If the minor obtains the firearm as a result of an unlawful entry by any person, this criminal liability will not attach.3

Any person who sells, loans, gives, or makes available a rifle or shotgun or ammunition for a rifle or shotgun to a minor is criminally liable for a serious misdemeanor for a first offense and a class “D” felony for second and subsequent offenses.4 However, a parent, guardian, spouse age 18 or older, or another person with the express consent of the minor’s parent or guardian or spouse who is at least age 18 may allow a minor to possess a rifle or shotgun or ammunition for lawful use.5

Any person who sells, loans, gives or makes available a handgun or ammunition for a handgun to a person under age 21 is criminally liable for a serious misdemeanor for a first offense and a class “D” felony for second and subsequent offenses.6 This prohibition does not apply to:

  • A person age 18, 19 or 20 while on military duty or while a peace officer, security guard or correctional officer, when such duty requires the possession of such a weapon or while the person receives instruction in the proper use of such firearms from an instructor age 21 or older; or
  • A minor of any age if the minor’s parent, guardian or spouse age 21 or older allows the minor to possess a handgun or handgun ammunition for any lawful purpose while under the “direct supervision” of the parent, guardian or spouse, or while the person receives instruction in the proper use of a handgun from an instructor age 21 or older (with the consent of the parent, guardian or spouse).7 “Direct supervision” is defined to mean “physical presence near the supervised person” by a parent, guardian, spouse or a firearms instructor over age 21, when the supervising individual “maintains visual and verbal contact at all times with the supervised person” and is not intoxicated or under the influence of an illegal drug.8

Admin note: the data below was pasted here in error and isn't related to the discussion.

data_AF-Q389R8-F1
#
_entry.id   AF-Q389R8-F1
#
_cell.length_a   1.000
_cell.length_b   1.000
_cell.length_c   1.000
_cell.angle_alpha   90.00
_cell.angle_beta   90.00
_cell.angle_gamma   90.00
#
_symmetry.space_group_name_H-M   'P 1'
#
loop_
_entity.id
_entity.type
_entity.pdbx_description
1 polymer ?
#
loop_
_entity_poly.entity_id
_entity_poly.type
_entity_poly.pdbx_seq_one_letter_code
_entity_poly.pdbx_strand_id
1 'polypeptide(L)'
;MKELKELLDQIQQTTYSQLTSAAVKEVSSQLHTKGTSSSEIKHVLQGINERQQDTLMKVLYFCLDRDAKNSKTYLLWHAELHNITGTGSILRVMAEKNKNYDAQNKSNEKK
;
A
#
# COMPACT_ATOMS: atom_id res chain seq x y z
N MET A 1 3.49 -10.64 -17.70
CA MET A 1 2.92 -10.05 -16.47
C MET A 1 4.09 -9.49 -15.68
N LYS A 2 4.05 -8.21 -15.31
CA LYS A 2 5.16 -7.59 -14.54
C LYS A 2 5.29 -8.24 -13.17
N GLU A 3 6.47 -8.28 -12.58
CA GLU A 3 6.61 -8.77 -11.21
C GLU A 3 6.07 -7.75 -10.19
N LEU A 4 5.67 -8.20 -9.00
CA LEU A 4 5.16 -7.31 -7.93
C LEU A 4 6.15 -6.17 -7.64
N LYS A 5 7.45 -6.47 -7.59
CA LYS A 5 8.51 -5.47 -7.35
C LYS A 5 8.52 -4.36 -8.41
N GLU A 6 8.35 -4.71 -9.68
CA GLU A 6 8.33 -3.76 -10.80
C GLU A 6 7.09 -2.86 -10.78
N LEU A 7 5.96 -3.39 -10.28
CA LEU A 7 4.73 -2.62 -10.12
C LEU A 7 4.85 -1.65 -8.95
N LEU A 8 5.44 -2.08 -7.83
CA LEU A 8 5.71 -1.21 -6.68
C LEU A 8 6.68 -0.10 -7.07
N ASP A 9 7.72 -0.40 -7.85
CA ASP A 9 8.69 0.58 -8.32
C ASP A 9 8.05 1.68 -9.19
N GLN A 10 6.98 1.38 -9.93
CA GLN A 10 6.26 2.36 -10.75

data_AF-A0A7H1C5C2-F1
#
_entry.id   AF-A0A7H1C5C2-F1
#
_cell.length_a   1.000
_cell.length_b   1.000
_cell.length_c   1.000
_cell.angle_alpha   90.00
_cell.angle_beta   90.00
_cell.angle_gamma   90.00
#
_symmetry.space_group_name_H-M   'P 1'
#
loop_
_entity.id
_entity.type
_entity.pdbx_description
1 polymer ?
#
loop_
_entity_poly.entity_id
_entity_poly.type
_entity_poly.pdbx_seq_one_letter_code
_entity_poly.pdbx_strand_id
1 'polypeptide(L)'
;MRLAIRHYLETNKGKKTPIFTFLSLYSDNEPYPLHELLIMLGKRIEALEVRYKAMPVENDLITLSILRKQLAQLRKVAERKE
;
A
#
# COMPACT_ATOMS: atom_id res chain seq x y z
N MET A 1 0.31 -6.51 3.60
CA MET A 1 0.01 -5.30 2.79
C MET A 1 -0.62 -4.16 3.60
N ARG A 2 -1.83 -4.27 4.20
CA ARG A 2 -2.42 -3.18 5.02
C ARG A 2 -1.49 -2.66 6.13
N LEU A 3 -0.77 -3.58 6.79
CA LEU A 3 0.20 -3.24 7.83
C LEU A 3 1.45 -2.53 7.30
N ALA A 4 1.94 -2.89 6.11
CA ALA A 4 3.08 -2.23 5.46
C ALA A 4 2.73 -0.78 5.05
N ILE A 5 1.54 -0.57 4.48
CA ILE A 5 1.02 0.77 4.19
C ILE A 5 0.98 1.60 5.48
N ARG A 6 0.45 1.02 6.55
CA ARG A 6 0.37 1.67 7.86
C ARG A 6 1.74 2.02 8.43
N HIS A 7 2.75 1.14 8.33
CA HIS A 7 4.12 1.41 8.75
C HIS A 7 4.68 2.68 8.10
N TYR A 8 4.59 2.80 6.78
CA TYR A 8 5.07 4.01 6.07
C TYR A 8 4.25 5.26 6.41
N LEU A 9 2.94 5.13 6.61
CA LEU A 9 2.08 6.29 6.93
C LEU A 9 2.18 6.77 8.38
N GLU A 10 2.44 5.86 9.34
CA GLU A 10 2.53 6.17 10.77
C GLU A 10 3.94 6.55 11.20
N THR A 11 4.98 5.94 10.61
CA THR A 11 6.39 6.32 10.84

For other measures related to child access prevention, see the Iowa Locking Devices section.

See our Child Access Prevention policy summary for a comprehensive discussion of this issue.

Notes
  1. Iowa Code § 724.22(7). ⤴︎
  2. Id. ⤴︎
  3. Id. ⤴︎
  4. Iowa Code § 724.22(1). ⤴︎
  5. Iowa Code § 724.22(3). ⤴︎
  6. Iowa Code § 724.22(2). ⤴︎
  7. Iowa Code § 724.22(5). ⤴︎
  8. Id. ⤴︎

Concealed Weapons Permitting in Iowa

See our Concealed Weapons Permitting policy summary for a comprehensive discussion of this issue.

Iowa allows a person to carry a concealed firearm within city limits if the person has a concealed weapons permit.1 Iowa is a “shall issue” state, meaning that law enforcement must issue a concealed weapons permit to an applicant that is not prohibited under state criteria from obtaining a permit. In Iowa, any person not disqualified under the state eligibility requirements discussed below and who satisfies state training requirements shall be issued a “nonprofessional” permit to carry weapons.2 “Professional” permits are issued for persons employed in the following professions, if the person’s position in that profession reasonably justifies that person going armed: 1) private investigation business or private security business licensed under Iowa Code, Chapter 80A; 2) peace officer; 3) correctional officer; 4) security guard; 5) bank messenger; 6) person transporting property of a value requiring security; or 7) police work.3